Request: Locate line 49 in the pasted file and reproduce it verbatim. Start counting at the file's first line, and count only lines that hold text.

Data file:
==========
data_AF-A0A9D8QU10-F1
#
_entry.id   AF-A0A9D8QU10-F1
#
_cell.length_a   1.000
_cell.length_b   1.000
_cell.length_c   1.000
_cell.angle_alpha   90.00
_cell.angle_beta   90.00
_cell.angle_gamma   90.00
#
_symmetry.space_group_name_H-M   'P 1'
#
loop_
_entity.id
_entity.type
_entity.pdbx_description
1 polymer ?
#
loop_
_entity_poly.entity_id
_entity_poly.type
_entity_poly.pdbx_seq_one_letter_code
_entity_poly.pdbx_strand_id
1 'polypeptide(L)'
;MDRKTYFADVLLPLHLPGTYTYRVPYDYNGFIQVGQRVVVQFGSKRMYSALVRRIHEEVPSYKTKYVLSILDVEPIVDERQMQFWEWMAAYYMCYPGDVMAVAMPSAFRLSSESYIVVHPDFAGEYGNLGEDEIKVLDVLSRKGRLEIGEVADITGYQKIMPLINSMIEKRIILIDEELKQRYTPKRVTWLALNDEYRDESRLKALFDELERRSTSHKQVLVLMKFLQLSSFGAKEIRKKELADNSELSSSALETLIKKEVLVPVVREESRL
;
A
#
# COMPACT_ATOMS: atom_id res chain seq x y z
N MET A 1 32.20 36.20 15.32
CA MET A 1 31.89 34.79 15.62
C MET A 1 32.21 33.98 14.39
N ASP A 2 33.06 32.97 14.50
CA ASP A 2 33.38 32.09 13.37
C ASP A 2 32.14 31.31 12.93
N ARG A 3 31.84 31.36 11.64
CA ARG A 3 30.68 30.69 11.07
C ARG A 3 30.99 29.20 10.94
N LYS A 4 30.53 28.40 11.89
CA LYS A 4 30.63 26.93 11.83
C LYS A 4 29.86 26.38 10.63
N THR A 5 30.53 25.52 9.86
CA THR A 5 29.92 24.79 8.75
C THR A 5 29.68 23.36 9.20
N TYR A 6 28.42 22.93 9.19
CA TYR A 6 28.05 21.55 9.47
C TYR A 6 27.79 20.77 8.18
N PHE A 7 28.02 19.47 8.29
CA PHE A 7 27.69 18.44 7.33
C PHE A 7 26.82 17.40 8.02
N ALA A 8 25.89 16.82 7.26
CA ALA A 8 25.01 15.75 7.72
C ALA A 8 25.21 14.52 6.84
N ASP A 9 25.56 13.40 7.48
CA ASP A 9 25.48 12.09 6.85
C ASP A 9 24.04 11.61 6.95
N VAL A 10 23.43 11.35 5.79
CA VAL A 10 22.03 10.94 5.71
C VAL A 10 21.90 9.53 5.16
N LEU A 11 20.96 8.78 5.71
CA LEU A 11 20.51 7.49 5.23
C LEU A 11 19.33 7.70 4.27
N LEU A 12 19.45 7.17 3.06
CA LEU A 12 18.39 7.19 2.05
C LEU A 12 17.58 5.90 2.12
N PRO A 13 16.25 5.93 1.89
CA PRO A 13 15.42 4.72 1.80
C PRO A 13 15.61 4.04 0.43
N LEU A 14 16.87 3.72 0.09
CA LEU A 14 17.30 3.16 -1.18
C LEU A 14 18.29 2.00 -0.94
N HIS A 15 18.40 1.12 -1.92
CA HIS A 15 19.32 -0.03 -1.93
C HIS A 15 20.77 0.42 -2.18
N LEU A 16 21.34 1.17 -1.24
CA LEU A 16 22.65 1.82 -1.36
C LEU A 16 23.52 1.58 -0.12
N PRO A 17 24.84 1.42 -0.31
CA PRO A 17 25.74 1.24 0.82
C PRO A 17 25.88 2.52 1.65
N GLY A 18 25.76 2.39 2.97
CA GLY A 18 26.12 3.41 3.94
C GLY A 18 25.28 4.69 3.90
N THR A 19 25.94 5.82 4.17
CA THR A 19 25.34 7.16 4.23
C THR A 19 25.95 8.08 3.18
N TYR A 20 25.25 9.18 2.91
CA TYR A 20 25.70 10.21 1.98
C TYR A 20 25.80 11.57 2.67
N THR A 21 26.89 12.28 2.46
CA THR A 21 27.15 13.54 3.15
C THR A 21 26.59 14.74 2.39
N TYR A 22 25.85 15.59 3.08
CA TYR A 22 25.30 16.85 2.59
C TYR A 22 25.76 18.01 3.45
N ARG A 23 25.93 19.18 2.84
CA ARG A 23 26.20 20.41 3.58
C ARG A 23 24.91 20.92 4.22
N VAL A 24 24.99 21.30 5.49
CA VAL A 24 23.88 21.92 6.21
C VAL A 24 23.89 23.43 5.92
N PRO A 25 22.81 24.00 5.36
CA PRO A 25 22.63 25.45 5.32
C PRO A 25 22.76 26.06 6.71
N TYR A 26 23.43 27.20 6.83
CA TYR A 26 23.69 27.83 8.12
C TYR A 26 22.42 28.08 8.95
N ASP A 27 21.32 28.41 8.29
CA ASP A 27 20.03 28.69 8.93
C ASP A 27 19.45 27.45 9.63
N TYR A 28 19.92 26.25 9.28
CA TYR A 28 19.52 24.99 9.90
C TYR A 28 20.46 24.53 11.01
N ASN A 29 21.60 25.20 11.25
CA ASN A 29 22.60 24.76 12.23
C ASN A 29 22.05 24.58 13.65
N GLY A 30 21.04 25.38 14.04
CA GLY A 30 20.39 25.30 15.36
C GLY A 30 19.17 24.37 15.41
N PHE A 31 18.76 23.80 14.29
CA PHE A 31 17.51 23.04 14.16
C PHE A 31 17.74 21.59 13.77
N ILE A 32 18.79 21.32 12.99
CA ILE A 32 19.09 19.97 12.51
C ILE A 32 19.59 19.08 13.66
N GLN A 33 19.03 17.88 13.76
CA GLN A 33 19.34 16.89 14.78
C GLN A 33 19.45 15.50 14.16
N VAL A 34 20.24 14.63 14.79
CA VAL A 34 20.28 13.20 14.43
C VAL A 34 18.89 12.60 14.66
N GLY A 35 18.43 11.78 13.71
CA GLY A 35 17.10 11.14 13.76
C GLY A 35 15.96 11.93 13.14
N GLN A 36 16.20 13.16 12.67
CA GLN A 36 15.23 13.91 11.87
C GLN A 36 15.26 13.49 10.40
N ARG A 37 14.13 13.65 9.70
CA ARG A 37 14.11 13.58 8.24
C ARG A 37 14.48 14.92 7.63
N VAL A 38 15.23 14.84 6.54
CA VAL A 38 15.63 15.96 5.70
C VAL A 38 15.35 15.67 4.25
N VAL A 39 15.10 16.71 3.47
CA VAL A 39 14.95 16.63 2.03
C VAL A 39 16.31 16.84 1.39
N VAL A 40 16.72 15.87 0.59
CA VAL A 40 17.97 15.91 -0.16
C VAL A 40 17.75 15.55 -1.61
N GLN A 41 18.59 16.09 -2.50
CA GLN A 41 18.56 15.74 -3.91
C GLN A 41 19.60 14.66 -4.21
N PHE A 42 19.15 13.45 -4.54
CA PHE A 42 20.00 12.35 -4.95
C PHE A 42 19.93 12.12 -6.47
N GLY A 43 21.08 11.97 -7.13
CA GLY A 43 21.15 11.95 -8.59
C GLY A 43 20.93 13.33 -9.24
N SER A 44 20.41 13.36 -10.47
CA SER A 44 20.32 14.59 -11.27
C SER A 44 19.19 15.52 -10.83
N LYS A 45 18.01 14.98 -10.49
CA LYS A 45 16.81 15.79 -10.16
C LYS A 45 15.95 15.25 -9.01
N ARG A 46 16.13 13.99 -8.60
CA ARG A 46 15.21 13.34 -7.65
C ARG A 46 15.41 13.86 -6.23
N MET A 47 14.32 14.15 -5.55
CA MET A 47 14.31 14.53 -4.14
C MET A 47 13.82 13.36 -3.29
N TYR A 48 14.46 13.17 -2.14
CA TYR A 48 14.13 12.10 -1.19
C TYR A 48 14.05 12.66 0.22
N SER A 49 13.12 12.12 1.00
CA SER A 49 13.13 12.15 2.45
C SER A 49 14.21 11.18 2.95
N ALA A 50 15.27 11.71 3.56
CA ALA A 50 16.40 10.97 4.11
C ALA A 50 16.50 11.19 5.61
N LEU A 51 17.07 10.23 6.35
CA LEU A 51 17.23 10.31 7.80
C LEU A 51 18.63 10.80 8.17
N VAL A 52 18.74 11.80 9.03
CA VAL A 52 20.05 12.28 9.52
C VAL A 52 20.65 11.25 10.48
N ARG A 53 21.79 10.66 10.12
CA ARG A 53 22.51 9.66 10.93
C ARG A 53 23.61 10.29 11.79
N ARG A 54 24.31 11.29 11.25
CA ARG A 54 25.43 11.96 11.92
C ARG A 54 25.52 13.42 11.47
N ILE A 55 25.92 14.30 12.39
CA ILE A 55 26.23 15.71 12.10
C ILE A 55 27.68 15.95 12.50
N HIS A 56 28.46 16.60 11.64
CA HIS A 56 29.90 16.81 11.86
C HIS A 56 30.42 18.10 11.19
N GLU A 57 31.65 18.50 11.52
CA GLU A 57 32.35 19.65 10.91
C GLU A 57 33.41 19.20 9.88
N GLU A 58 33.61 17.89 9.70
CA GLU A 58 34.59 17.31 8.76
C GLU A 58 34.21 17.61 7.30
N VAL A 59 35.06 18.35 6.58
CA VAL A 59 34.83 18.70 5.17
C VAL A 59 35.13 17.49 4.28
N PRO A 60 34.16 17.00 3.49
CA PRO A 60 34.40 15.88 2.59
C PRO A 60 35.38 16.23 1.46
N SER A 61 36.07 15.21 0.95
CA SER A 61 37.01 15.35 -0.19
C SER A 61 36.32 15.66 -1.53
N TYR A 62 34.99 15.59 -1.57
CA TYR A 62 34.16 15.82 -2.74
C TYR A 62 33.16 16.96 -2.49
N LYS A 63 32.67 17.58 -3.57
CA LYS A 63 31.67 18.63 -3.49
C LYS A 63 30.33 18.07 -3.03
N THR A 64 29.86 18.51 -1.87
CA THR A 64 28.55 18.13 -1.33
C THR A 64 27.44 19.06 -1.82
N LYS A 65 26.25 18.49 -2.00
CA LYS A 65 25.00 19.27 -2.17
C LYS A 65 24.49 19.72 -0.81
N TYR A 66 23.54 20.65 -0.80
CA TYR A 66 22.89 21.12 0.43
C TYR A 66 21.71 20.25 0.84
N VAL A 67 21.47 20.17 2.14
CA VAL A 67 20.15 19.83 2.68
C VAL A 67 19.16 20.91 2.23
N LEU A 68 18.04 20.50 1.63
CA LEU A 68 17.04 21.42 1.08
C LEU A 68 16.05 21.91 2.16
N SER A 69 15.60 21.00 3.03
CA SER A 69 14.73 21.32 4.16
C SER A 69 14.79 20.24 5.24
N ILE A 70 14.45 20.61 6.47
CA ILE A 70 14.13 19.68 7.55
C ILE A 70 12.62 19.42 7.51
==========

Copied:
N PHE A 7 28.02 19.47 8.29